Introduction to Minimax Filtering

H2 filtering, also known as Kalman filtering, is an
estimation method which minimizes “average” estimation error.
More precisely, the Kalman filter minimizes the variance of the
estimation error. But there are a couple of serious limitations
to the Kalman filter.

  1. The Kalman filter assumes that the noise properties are
    known. What if we don't know anything about the system

  2. The Kalman filter minimizes the “average” estimation
    error. What if we would prefer to minimize the worst-case
    estimation error?

These limitations gave rise to H∞ filtering, also known as
minimax filtering. Minimax filtering minimizes the “worst-case”
estimation error. More precisely, the minimax filter minimizes
the maximum singular value of the transfer function from the
noise to the estimation error. While the Kalman filter requires
a knowledge of the noise statistics of the filtered process,
the minimax filter requires no such knowledge. The Kalman
filter dates back to the late 1950s while the minimax filter
has its roots in the late 1980s.


Consider the problem of estimating the variables of some
system. In dynamic systems (that is, systems which vary with
time) the system variables are often denoted by the term “state
variables”. Assume that the system variables, represented by
the vector x, are governed by the equation xk+1 =
Axk + wk where wk is random
process noise, and the subscripts on the vectors represent the
time step. Now suppose we can measure some combination of the
states. Then our measurement can be represented by the equation
zk = Hxk + vk where
vk is random measurement noise.

Now suppose we want to find an estimator for the state x
based on the measurements z and our knowledge of the system
equation. The estimator structure is assumed to be in the
following predictor-corrector form:

= Ak
+ Kk (zk+1 – HAk

where Kk is some gain which we need to determine.
If we want to minimize the 2-norm (the variance) of the
estimation error, then we will choose Kk based on
the Kalman filter. However, if we want to minimize the ∞-norm
(the “worst-case” value) of the estimation error, then we will
choose Kk based on the minimax filter.

Several minimax filtering formulations have been proposed.
The one we will consider here is the following: Find a filter
gain Kk such that the maximum singular value is less
than g . This is a way of minimizing
the worst-case estimation error. This problem will have a
solution for some values of g but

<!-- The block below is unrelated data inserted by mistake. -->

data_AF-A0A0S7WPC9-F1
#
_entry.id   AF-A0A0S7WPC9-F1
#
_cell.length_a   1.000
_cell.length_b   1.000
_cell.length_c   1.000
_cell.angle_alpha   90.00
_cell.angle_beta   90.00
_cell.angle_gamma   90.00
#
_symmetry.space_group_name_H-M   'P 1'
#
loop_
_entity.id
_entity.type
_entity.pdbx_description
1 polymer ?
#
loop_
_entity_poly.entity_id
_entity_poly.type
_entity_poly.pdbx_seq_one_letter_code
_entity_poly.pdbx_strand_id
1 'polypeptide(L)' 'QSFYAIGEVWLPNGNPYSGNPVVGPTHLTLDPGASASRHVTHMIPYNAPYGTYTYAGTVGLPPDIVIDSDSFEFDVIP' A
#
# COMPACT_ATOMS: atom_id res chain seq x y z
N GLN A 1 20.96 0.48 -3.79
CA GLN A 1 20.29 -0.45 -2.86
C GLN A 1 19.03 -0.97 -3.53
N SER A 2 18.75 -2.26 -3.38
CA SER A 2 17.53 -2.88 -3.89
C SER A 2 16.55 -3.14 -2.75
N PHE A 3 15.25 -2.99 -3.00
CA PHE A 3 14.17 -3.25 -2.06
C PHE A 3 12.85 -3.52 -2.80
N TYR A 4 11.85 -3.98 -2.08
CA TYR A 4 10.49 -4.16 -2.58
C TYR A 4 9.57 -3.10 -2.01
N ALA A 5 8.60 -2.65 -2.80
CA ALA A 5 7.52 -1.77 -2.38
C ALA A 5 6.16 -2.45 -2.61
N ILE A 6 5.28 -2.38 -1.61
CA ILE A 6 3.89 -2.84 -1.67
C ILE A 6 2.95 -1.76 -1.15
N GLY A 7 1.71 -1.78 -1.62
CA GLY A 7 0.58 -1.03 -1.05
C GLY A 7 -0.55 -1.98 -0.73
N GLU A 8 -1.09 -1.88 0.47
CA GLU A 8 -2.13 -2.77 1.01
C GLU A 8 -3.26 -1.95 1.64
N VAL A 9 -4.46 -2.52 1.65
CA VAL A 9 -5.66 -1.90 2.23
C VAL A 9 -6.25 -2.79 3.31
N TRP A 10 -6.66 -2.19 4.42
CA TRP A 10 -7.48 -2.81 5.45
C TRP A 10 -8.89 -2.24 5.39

not for values of g which are too
small. If we choose a g for which
the stated problem has a solution, then the minimax filtering
problem can be solved by a constant gain K which is found by
solving the following simultaneous equations:

K = (I + P/g )-1 PHT

P-1 = M-1 – I/g + HT H

M = APAT + I (4)

In the above equations, the superscript -1 indicates matrix
inversion, the superscript T indicates matrix transpostion, and
I is the identity matrix. The simultaneous solution of these
three equations is a problem in itself, but once we have a
solution, the matrix K gives the minimax filtering solution. If
g is too small, then the equations
will not have a solution.

One method to solve the three simultaneous equations is to
use an iterative approach. A more analytical approach is as

  1. Form the following 2n 2n matrix:


  2. Find the eigenvectors of Z. Denote those eigenvectors
    corresponding to eigenvalues outside the unit circle as c i (i = 1, . . . , n).

  3. Form the following matrix:


    where X1 and X2 are n n

  4. Compute M = X2
    X1 -1 .

This method only works if X1 has an inverse. If
X1 does not have an inverse, that means that the
chosen value of g is too small.

At this point we see that both Kalman and minimax filtering
have their pros and cons. The Kalman filter assumes that the
noise statistics are known. The minimax filter does not make
this assumption, but further assumes that absolutely nothing is
known about the noise. Suppose that although the noise
statistics are not perfectly known, we have a rough idea about
these statistics. Further suppose that we want to minimize some
combination of the 2-norm and the ∞-norm of the estimation
error. What could be done? Perhaps some combination of Kalman
and minimax filtering could be used.


For more information on minimax filtering, visit Innovatia
Software's Web site.

© 1998″2001 Innovatia Software. All Rights Reserved.

0 comments on “Introduction to Minimax Filtering

Leave a Reply

This site uses Akismet to reduce spam. Learn how your comment data is processed.